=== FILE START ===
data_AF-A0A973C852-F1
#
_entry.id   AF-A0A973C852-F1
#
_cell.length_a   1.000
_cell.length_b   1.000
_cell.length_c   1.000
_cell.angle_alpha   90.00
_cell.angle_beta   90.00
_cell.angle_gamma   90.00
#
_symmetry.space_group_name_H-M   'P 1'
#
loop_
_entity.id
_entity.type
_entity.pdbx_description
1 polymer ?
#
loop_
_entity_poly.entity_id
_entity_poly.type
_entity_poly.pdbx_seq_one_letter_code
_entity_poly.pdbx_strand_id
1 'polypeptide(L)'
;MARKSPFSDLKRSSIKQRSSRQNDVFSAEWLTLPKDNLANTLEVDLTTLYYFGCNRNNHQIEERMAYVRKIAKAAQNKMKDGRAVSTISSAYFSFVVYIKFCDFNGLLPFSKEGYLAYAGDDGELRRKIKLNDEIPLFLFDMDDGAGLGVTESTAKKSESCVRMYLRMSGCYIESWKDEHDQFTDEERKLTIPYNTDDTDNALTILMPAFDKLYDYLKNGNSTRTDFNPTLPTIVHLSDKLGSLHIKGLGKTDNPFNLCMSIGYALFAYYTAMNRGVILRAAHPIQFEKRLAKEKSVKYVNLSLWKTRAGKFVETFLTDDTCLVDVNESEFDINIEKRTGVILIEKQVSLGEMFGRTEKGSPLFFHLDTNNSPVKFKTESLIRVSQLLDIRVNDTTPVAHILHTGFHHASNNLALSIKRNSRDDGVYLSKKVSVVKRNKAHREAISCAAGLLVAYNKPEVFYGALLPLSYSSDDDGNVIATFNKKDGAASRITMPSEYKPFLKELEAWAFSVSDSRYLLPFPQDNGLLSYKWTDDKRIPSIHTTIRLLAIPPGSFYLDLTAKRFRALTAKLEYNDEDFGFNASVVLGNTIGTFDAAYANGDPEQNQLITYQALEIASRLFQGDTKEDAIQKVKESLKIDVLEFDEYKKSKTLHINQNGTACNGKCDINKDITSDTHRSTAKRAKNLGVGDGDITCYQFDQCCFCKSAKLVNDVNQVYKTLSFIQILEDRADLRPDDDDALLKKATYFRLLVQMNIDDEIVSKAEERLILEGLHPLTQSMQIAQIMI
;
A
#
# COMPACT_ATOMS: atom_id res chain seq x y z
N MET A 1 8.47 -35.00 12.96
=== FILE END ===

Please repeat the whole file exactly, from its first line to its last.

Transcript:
data_AF-A0A973C852-F1
#
_entry.id   AF-A0A973C852-F1
#
_cell.length_a   1.000
_cell.length_b   1.000
_cell.length_c   1.000
_cell.angle_alpha   90.00
_cell.angle_beta   90.00
_cell.angle_gamma   90.00
#
_symmetry.space_group_name_H-M   'P 1'
#
loop_
_entity.id
_entity.type
_entity.pdbx_description
1 polymer ?
#
loop_
_entity_poly.entity_id
_entity_poly.type
_entity_poly.pdbx_seq_one_letter_code
_entity_poly.pdbx_strand_id
1 'polypeptide(L)'
;MARKSPFSDLKRSSIKQRSSRQNDVFSAEWLTLPKDNLANTLEVDLTTLYYFGCNRNNHQIEERMAYVRKIAKAAQNKMKDGRAVSTISSAYFSFVVYIKFCDFNGLLPFSKEGYLAYAGDDGELRRKIKLNDEIPLFLFDMDDGAGLGVTESTAKKSESCVRMYLRMSGCYIESWKDEHDQFTDEERKLTIPYNTDDTDNALTILMPAFDKLYDYLKNGNSTRTDFNPTLPTIVHLSDKLGSLHIKGLGKTDNPFNLCMSIGYALFAYYTAMNRGVILRAAHPIQFEKRLAKEKSVKYVNLSLWKTRAGKFVETFLTDDTCLVDVNESEFDINIEKRTGVILIEKQVSLGEMFGRTEKGSPLFFHLDTNNSPVKFKTESLIRVSQLLDIRVNDTTPVAHILHTGFHHASNNLALSIKRNSRDDGVYLSKKVSVVKRNKAHREAISCAAGLLVAYNKPEVFYGALLPLSYSSDDDGNVIATFNKKDGAASRITMPSEYKPFLKELEAWAFSVSDSRYLLPFPQDNGLLSYKWTDDKRIPSIHTTIRLLAIPPGSFYLDLTAKRFRALTAKLEYNDEDFGFNASVVLGNTIGTFDAAYANGDPEQNQLITYQALEIASRLFQGDTKEDAIQKVKESLKIDVLEFDEYKKSKTLHINQNGTACNGKCDINKDITSDTHRSTAKRAKNLGVGDGDITCYQFDQCCFCKSAKLVNDVNQVYKTLSFIQILEDRADLRPDDDDALLKKATYFRLLVQMNIDDEIVSKAEERLILEGLHPLTQSMQIAQIMI
;
A
#
# COMPACT_ATOMS: atom_id res chain seq x y z
N MET A 1 8.47 -35.00 12.96